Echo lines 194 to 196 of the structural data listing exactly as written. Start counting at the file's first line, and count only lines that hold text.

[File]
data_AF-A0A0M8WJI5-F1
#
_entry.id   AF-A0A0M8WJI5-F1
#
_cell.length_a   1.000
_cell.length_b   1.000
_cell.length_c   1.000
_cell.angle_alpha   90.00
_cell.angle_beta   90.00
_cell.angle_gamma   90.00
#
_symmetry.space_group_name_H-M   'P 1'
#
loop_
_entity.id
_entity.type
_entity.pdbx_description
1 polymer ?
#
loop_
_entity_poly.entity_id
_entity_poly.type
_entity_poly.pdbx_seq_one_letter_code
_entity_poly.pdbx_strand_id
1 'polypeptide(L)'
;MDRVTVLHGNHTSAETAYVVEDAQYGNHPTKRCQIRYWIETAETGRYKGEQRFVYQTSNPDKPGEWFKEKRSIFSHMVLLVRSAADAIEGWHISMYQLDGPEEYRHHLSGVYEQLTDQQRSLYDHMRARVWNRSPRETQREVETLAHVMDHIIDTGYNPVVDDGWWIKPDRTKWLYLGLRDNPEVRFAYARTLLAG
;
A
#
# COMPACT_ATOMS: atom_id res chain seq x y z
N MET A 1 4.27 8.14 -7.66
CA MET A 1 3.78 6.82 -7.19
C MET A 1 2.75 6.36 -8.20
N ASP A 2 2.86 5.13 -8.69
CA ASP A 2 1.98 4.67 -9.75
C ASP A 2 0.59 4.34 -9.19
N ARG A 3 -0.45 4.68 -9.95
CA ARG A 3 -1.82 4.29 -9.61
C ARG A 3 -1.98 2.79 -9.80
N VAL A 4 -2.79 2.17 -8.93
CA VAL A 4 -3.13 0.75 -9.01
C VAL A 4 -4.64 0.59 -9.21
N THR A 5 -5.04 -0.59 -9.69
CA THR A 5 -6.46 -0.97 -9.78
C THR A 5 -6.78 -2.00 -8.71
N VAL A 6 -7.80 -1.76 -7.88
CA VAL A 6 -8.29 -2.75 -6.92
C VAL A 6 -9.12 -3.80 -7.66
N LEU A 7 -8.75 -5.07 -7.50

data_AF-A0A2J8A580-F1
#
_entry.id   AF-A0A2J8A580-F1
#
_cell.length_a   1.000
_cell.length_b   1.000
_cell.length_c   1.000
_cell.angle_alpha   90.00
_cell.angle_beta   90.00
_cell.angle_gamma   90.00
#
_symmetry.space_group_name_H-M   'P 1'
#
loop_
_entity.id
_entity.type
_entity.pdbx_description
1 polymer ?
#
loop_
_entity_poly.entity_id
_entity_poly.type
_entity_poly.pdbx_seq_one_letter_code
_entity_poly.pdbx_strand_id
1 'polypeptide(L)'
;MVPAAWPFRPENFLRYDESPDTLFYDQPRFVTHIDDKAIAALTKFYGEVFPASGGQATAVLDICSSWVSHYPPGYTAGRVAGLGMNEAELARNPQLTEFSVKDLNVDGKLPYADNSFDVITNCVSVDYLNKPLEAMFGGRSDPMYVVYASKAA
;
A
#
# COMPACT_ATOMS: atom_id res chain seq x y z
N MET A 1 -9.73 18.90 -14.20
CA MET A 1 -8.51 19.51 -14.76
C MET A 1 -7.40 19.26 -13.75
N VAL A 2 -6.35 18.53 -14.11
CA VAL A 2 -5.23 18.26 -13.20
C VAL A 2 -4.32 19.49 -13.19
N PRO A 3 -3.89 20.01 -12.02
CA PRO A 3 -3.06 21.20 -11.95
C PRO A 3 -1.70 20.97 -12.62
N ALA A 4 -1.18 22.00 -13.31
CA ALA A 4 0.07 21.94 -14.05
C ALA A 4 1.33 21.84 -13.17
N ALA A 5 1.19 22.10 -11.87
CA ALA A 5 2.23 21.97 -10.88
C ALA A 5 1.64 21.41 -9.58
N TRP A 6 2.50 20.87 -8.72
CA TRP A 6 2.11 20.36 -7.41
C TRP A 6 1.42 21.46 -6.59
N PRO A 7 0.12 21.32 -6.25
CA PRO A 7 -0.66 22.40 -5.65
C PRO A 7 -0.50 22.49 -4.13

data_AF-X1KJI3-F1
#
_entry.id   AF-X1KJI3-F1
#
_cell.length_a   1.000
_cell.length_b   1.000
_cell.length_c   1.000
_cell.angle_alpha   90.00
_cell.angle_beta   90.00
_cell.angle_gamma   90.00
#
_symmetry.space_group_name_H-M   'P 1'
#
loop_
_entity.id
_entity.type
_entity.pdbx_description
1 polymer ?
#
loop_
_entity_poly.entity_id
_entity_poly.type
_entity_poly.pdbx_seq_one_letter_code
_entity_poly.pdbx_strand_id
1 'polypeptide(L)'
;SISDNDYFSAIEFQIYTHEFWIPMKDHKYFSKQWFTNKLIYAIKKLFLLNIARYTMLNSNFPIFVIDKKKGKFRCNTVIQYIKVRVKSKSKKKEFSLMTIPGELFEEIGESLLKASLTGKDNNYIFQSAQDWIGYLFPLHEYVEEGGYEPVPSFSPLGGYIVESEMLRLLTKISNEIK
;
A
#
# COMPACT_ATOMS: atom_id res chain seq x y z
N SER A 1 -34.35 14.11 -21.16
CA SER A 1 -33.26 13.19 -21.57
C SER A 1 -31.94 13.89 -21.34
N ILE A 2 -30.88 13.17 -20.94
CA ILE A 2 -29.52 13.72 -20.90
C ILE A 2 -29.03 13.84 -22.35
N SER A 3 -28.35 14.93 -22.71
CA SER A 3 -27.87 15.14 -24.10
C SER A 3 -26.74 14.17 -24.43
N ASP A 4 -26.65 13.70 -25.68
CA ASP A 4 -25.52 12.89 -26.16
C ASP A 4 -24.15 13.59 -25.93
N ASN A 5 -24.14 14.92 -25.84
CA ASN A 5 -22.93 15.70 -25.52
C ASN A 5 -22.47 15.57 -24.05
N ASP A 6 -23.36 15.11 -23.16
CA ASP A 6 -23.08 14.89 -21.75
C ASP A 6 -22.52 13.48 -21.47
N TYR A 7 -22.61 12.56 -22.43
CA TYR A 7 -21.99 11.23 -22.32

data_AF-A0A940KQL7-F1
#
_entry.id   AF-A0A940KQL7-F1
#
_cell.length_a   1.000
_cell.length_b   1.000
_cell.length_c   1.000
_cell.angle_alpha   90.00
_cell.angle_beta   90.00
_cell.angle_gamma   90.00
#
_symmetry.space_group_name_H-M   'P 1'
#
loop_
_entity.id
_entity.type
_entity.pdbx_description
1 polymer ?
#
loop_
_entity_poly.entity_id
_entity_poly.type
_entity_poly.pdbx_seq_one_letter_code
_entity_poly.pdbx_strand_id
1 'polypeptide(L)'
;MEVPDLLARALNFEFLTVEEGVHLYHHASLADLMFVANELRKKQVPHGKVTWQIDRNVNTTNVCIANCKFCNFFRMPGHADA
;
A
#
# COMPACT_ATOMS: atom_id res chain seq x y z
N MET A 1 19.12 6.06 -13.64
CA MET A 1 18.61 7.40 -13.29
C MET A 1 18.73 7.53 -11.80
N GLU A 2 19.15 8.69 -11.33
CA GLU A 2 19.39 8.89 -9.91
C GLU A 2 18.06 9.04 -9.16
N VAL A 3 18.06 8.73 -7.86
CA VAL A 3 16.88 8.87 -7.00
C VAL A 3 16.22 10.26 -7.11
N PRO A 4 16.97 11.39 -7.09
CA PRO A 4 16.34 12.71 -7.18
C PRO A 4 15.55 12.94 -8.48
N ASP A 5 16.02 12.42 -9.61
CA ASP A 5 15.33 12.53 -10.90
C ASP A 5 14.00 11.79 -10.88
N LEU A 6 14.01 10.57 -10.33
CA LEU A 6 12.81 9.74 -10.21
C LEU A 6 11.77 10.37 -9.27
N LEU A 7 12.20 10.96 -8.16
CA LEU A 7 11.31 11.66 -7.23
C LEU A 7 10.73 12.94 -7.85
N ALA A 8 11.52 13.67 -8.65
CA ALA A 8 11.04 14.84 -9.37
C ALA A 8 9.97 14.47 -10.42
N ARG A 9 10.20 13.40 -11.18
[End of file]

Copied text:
CA ASP A 5 15.33 12.53 -10.90
C ASP A 5 14.00 11.79 -10.88
N LEU A 6 14.01 10.57 -10.33